High opioid use found among EDM party-goers in the US
A new study shows that in the USA, more and more electronic dance music (EDM) party attendees are misusing opioids like heroin.health Updated: Mar 30, 2018 14:50 IST
Not just common party drugs like ecstasy, more and more electronic dance music (EDM) party attendees are misusing opioids like heroin, researchers claim. Opioid use has grown to epidemic proportions in the US and has been a main contributor to a resurgence of heroin use as well as the spread of HIV and Hepatitis C, the team from New York University said.
“We’ve always known that electronic dance music party attendees are at high risk for use of club drugs, such as ecstasy or Molly, but we wanted to know the extent of opioid use in this population,” said Joseph Palamar, Associate Professor at New York University.
“This population of experienced drug users needs to be reached to prevent initiation and continued use, which can lead to riskier and more frequent use, dependence, and deleterious outcomes such as overdose — particularly if opioids are combined with other drugs,” Palamar added.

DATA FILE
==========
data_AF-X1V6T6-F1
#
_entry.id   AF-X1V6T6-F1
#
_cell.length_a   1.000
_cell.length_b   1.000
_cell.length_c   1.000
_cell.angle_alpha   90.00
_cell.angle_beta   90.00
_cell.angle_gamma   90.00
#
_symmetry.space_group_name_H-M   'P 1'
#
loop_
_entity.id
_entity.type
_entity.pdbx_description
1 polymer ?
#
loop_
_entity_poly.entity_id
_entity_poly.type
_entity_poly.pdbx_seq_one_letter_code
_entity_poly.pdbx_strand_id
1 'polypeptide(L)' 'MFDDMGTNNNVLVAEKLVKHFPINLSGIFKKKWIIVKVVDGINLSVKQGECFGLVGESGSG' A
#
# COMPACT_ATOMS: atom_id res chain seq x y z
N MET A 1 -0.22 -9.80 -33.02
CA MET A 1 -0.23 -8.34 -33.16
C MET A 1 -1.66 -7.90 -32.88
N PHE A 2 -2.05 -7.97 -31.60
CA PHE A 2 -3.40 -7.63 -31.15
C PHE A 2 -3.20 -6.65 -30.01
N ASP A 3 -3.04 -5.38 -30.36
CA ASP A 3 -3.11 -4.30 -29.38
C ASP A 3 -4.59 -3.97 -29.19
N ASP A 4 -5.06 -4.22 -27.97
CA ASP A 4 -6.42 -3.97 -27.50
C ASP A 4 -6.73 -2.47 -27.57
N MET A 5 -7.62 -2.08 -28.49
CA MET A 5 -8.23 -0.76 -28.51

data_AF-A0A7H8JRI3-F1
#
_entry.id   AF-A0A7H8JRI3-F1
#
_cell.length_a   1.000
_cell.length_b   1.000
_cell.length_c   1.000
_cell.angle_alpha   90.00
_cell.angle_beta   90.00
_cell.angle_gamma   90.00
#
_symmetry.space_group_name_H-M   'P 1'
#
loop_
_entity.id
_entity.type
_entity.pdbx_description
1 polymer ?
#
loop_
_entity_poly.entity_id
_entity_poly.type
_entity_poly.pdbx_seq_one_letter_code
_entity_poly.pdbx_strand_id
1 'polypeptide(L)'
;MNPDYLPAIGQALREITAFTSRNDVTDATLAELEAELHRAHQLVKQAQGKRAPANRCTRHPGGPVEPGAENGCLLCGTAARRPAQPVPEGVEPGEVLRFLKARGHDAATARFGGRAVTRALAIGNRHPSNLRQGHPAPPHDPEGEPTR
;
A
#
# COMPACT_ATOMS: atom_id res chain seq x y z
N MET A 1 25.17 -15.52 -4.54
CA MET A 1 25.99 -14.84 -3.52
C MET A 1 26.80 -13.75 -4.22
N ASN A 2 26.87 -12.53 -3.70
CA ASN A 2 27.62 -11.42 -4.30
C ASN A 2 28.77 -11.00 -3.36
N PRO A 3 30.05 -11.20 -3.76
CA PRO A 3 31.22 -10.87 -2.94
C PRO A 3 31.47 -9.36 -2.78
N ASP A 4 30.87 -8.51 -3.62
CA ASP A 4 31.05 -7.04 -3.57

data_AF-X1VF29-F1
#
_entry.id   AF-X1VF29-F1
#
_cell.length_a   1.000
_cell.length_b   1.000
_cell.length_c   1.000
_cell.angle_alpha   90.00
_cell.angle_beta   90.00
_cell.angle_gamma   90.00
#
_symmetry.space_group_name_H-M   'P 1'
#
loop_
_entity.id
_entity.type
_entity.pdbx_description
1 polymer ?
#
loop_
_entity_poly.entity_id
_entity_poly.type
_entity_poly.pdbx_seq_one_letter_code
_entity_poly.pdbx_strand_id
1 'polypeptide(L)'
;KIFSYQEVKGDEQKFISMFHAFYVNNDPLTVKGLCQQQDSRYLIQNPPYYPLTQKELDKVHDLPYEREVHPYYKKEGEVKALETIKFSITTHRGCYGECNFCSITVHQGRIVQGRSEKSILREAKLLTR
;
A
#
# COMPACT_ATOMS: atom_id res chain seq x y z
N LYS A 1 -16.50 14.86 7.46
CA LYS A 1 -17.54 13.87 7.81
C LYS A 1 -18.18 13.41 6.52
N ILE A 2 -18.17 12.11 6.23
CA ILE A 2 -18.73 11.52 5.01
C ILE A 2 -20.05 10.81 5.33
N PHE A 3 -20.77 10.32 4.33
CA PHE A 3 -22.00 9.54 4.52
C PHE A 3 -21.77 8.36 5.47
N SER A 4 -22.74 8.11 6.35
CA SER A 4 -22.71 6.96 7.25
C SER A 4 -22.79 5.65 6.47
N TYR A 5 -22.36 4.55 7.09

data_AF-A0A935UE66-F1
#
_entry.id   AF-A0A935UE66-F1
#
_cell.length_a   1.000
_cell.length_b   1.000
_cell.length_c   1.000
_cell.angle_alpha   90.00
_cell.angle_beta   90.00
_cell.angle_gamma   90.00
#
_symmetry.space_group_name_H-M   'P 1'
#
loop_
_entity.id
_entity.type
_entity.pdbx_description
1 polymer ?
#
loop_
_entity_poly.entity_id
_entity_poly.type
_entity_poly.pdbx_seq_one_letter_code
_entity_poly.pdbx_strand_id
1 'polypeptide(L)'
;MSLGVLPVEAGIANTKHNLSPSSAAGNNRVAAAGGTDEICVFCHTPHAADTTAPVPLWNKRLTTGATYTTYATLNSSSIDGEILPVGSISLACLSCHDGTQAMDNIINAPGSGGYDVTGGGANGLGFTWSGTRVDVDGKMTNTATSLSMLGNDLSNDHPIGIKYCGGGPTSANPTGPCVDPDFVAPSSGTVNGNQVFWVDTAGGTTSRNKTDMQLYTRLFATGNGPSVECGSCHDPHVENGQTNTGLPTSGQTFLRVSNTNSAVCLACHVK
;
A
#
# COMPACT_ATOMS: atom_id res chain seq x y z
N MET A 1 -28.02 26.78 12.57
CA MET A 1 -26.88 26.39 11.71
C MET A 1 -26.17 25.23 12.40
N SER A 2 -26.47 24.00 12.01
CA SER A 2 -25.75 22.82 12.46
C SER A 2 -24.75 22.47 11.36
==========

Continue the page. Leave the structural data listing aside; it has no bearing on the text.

To reach this conclusion, the researchers surveyed 954 individuals (ages 18 to 40) about to enter EDM parties at nightclubs and dance festivals in New York City. Attendees were asked about the use of 18 different opioids — including OxyContin, Percocet, Vicodin, codeine, fentanyl and heroin.
The researchers found that almost a quarter (23.9%) of EDM party attendees have used opioids non-medically in their lifetime and one out of 10 (9.8%) did so in the past year. Five per cent of respondents reported misusing opioids in the past month.
The study, published in the journal Drug and Alcohol Dependence, noted that OxyContin was the most highly reported opioid used in this scene, followed by Vicodin, Percocet, codeine and Purple Drank, also known as Sizzurp or Lean (which typically contains codeine syrup). In addition, people who smoked cigarettes or used other drugs (including amphetamine, methamphetamine and cocaine) were more likely to report misusing opioids.
Results showed that even snorting or injecting opioids further increased the risk for overdose and dependence on drugs.
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